Anti-regime student protests erupt after jet disaster

Undeterred by oppressive regime tactics, university students in Iran have put up a gradual yet defiant show of resentment towards the ruling religious elite with their latest protests triggered by the shooting down of a passenger plane outside Tehran by the powerful Iranian Revolutionary Guard Corps (IRGC), killing all 176 on board, many of them students.

The regime in Iran took several days to admit responsibility for the tragedy which occurred on 8 January, fuelling protesters’ anger and distrust at the country’s leaders.

Among the 176 victims of the Ukrainian passenger jet shot down by the IRGC were dozens of Iranian and Iranian-Canadian students and academics who were on their way to Canada via Ukraine.

The latest round of robust street demonstrations in Iran also comes on the heels of the United States drone strike in Baghdad in Iraq on 3 January which killed the country’s top military general, Qasem Soleimani – the architect of a vicious web of mainly pro-Iran Shiite militias in the entire region.

Vigils for the 16 Iranian students who died in the air crash were held on Saturday and Sunday 11-12 January at various university campuses in Tehran, Mashhad, Kermanshah, Tabriz, Rasht, Isfahan, Shiraz, Qazvin, Ahwaz, Yazd, Semnan and Amol, and eventually turned into protest gatherings calling for regime change in Iran.

“The events of the past two months have been a clear testimony to the complete incompetence of the regime ruling over Iran, a regime whose only answer to every crisis is to resort to force. It is our duty today to direct all our efforts at the totality of the system of suppression, whether in the form of an oppressive government or an imperialist power,” said a statement issued on 12 January by students demonstrating at Amirkabir University of Technology (sometimes also referred to as Tehran Polytechnic).

Thousands of students took part in one of the largest university protests at Amirkabir expressing many Iranian people’s frustration with those in power, both in Tehran and Washington.

According to reports from Iranian exile groups in the West, IRGC fired at Amirkabir students and many dispersed to continue their protests at Sharif University of Technology in Tehran.

On 14 January, the fourth day of the protests, the Iranian Justice Department confirmed the arrests of some 30 protesters.

Protests already underway

The student-led agitation against the government’s authoritarian economic, political and social policies were underway even before the latest escalation.

A number of Tehran-based university students, clearly fearful of a brutal crackdown by Iranian security agencies, told University World News on condition of anonymity that the youth in major urban centres across the country were infuriated at the ‘Akhunds’ (religious clerics) at the helm of affairs.

“There is a growing general sentiment that the ‘Akhunds’, with their stubbornness, are leading the country towards calamity after calamity,” said one student.

“Our geniuses are killed, and replaced with ‘Akhunds’,” was among the slogans chanted during the latest demonstrations.

“We don’t want the regimes of the guards [IRGC],” was another, heard in the viral social media videos of the demonstrations.

Iran-based writer and artist Farhad Haidari told University World News the regime in Tehran is exploiting Iran’s antagonism towards the US for its own interest in shoring up pro-Iranian sentiments.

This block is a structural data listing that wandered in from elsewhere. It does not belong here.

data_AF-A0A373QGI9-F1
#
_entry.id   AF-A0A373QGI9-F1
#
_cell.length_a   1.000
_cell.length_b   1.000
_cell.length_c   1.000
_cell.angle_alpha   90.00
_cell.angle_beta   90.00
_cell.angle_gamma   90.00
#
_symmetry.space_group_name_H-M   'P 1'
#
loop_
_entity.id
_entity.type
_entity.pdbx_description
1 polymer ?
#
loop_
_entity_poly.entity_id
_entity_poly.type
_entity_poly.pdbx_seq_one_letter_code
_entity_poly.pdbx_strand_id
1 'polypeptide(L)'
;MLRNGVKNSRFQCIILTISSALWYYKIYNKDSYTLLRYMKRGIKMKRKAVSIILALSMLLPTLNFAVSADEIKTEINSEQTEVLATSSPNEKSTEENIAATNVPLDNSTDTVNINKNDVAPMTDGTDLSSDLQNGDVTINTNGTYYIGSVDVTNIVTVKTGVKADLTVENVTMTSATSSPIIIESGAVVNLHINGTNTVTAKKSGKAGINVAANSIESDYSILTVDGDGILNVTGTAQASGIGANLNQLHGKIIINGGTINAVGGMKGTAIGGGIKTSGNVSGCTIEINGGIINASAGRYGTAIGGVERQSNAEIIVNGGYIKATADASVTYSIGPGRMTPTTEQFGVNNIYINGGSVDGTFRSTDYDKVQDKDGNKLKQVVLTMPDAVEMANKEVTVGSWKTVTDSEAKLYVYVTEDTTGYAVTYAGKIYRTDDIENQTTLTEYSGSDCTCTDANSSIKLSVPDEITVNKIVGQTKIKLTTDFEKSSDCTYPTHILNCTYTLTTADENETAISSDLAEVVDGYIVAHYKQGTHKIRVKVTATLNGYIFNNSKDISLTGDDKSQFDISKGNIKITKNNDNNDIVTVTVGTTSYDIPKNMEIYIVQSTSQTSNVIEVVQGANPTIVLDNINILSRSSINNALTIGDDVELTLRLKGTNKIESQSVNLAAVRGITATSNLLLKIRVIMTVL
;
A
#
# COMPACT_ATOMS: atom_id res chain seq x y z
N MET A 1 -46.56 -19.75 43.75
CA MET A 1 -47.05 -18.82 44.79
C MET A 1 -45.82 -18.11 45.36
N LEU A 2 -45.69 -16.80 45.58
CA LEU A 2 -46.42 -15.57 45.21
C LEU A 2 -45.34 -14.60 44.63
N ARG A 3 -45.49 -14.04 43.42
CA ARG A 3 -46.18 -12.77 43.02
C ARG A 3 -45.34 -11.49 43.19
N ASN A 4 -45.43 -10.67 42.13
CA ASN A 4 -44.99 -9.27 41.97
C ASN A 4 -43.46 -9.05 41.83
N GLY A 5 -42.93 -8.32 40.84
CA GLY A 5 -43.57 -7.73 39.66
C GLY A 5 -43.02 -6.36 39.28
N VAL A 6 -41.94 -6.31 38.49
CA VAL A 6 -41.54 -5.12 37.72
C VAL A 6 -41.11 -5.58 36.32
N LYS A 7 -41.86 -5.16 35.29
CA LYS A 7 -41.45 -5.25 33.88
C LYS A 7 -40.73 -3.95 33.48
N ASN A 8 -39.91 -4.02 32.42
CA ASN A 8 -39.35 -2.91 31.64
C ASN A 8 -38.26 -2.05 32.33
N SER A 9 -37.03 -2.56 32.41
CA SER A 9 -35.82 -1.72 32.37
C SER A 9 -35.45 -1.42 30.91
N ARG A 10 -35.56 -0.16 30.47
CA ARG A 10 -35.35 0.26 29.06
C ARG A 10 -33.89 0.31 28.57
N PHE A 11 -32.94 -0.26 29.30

“The threats by [US President Donald] Trump have also infuriated the Iranians and the rulers in Iran have grabbed this opportunity to project and define it in their own interests,” he said, referring to Trump’s threats, in the wake of Soleimani’s killing, of further possible attacks.

Social media reports filter out

Iranian authorities have dismissed reports of police torture and use of force against protesters.

There are strict restrictions on public mobility and mainstream and social media all over Iran. Nevertheless some news is emerging via social media.

Author and political analyst, Sadegh Zibakalam, professor of political science at the University of Tehran, is among the credible voices under such circumstances.

“It is understandable though bitter to see special unit troops near the Polytechnic, Sharif, Tehran, [Shahid] Beheshti and Allameh [Tabataba’i] universities. But seeing special units in front of Imam Sadiq University is still bitter but not understandable, as they are carefully selected. Do they need to be watched too?” he tweeted in a veiled criticism of state policies.

Imam Sadiq University is known for its pro-regime students who often take up posts in the Iranian foreign ministry and intelligence ministry after graduation.

Dozens of protesters were arrested on Sunday 12 January in various cities including Tehran, Babol, Kermanshah, Amol and Tabriz – where 10 students were arrested on Sunday but were freed later, according to social media reports.

Restrictions on the internet have already been confirmed by NetBlocks – a non-governmental organisation that monitors cybersecurity and the governance of the internet. “Confirmed: Drop in internet connectivity registered at #Sharif University, Tehran from 11:50 UTC where students are protesting for colleagues and alumni killed on flight #PS752; national connectivity remains stable despite sporadic disruptions on third day of #Iran protests,” it tweeted on Monday.

Iran has previously blocked Telegram, a popular internet-based messaging app used by more than half of Iran’s population, and cut access to the internet in parts of the country to stymie protesters in early 2018.